At 40, JFX still serves as lifeline to 'burbs


October 30, 2002|By Mark B. Miller

TO THOSE of a certain age, old enough to remember Watergate but not Alan Shepard's 15-minute space romp in 1961, the Cuban missile crisis, the JFK assassination and Beatlemania, add the opening of the Jones Falls Expressway.

In fact, it was toward the end of John F. Kennedy's scary face-off with Soviet Premier Nikita Khrushchev on Nov. 2, 1962, that the JFX fully opened for business.

Motorists could access a stretch of it (south of Cold Spring Lane) a little earlier, but that first Friday in November four decades ago marked the official first-stage completion of this twisting ribbon of concrete that stretched from the city-county line to Guilford Avenue. City and state officials held a brief ceremony about a quarter-mile north of the Kelly Avenue Bridge, replete with a ribbon-cutting and speeches by Gov. J. Millard Tawes, Mayor J. Harold Grady and other notables.

One of them, Bernard L. Werner, the city's director of public works, said that the JFX, theoretically, could carry 200,000 vehicles daily.

Thankfully, that bumper-to-bumper nightmare never came to pass. In fact, just 40,000 vehicles daily used the new road during 1963, its first full year.

Yes, there were mishaps and backups even then. Still, for pure speed, it beat a ride into and out of downtown via Falls, Harford, Belair, Reisterstown and other old and clogged roads of the region.

Planned in the early 1950s, the JFX, which now reaches south to Fayette Street, is a byproduct of the Eisenhower administration's interstate highway system, launched in 1956.

An urban extension of Route 83, it made perfect sense at a time when the nascent Charles Center marked the start of the downtown revitalization effort and the classic suburb-city-suburb commuting pattern was already the norm. The Baltimore Beltway (Interstate 695), which opened July 1, 1962, connected the growing suburban areas and funneled much of the city's commuter traffic onto the JFX.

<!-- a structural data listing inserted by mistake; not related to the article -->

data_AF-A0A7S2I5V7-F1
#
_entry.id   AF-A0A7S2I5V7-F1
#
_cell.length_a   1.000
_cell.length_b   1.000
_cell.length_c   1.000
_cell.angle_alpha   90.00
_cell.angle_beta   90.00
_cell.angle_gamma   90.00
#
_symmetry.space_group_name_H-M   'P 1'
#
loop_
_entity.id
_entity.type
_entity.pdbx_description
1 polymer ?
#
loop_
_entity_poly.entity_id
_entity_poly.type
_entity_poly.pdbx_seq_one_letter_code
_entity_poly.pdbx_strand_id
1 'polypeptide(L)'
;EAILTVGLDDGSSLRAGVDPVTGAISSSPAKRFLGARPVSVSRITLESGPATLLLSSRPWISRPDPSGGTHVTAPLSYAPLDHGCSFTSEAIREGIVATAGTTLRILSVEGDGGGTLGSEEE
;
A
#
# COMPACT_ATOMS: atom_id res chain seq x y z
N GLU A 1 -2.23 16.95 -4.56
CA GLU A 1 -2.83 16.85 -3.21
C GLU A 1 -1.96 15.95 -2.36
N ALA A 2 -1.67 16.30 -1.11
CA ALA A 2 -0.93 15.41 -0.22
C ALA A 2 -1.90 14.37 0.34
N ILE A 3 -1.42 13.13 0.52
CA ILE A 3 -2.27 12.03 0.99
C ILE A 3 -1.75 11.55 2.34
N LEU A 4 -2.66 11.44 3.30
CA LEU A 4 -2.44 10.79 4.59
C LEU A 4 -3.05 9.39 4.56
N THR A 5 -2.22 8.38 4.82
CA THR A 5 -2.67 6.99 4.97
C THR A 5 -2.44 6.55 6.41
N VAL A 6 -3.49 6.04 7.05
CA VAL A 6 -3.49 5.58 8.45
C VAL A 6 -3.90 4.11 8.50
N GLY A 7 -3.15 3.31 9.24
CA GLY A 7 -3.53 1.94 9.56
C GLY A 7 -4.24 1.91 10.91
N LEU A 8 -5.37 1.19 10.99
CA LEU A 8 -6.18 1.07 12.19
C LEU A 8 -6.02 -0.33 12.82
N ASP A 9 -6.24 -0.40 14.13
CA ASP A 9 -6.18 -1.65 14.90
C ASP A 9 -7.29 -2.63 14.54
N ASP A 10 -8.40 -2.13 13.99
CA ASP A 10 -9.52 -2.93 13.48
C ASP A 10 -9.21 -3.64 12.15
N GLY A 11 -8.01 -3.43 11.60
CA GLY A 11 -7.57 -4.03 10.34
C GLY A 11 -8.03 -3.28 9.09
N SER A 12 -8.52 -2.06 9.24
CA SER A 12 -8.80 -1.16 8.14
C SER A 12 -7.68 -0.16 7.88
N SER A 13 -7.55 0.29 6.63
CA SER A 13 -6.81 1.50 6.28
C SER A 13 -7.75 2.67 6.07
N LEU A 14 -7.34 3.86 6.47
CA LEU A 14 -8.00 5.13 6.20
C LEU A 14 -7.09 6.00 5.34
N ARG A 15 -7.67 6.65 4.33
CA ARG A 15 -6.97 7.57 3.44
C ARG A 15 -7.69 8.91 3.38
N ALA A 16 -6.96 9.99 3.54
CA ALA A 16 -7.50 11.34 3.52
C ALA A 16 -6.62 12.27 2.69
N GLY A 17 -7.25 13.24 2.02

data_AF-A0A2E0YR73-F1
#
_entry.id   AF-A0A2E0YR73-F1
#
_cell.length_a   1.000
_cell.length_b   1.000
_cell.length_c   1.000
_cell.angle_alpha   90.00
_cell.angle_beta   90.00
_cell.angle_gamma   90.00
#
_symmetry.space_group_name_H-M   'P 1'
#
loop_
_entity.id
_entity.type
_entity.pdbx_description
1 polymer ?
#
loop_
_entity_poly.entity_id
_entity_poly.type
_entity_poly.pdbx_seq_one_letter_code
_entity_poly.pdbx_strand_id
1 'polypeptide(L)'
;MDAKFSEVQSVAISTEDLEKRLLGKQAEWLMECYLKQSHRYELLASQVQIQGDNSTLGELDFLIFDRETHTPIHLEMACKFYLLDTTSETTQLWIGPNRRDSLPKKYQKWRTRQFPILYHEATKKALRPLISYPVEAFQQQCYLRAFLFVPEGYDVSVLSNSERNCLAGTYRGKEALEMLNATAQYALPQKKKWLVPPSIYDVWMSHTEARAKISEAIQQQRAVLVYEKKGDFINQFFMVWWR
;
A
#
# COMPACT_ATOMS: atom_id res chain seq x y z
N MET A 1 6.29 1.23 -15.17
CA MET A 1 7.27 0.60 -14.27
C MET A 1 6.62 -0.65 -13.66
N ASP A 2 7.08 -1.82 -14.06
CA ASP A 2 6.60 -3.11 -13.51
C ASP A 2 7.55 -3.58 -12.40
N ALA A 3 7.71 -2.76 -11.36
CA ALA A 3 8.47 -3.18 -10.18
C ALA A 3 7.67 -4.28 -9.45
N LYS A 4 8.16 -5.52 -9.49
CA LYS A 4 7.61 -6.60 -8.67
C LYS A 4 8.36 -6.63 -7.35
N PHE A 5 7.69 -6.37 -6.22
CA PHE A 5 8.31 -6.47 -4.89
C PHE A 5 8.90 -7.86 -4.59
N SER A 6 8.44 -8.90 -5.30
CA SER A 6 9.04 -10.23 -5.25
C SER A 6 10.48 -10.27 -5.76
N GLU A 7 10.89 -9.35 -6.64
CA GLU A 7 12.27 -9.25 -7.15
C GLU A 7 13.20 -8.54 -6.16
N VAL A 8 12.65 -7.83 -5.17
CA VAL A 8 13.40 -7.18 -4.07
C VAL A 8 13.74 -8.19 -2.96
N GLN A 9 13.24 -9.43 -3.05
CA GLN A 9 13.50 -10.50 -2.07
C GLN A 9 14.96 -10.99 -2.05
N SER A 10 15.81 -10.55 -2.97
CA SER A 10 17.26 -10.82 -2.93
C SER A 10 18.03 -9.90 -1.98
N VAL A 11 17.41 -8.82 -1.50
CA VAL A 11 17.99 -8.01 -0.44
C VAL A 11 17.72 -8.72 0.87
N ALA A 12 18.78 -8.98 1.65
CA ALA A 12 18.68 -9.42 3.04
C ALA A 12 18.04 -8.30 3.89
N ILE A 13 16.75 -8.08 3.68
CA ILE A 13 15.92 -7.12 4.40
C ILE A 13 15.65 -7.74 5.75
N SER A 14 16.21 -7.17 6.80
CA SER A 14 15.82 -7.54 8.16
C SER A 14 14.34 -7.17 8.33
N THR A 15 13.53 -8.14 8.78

Downtown-working suburbanites -- I'm one of them -- still rely on the JFX, still consider it their fast-lane lifeline between home and work. More than 90,000 vehicles daily now use it, a figure that would probably be much higher if not for a changed commuting pattern: More of us now drive from Owings Mills to Woodlawn, for example, than from Parkville to City Hall (no wonder construction crews always seem to be beefing up I-695 with more lanes).

The 50 mph speed limit hasn't changed in 40 years, at least in theory, for the JFX, like other expressways, bears more than its share of commuters with a NASCAR bug.

Like the horse-and-buggy turnpikes (Falls Road was one) and electric streetcar lines before them, the JFX and Beltway spawned residential and commercial development, the post-Eisenhower split-levels and ranchers, the apartment complexes and shopping malls we see from Catonsville to Cockeysville, Parkville to Essex.

Mayor Grady got it right when he predicted that the JFX "will play a major role in the plan to revitalize downtown Baltimore." But his call to construct "the badly needed east-west and south-west expressways" met with vehement opposition and ultimate defeat from residents of Fells Point and South Baltimore.

In an ironic twist, this highway that roars through what was once a placid stream valley might have sparked a renewed interest in the flora and fauna that still manage to survive under all that noise and exhaust. And on a Sunday every September, the city closes one lane (between Cold Spring Lane and Fayette Street) to traffic, allowing recreational use for joggers, walkers and cyclists.

Tail fins and Kennedy's New Frontier are long gone, but the vehicles roll on. Thus far, we haven't seen the 200,000 of them per day that Bernie Werner said the new highway could handle, nor should we.

Car-pooling, light rail, the Metro and Baltimore City's loss in jobs and people have all combined to stabilize an average daily traffic that remains manageable, notwithstanding the usual fist-banging, bird-flipping, contemptible backups commuters have endured, albeit barely, for decades.

Today's writer

Mark B. Miller is a free-lance writer and photographer who self-published Baltimore Transitions: Views of an American City in Flux in 1998. Johns Hopkins University Press published a second edition in 2000. Mr. Miller lives in Cockeysville.

City Diary provides a forum for examining issues and events in Baltimore's neighborhoods and welcomes contributions from readers.

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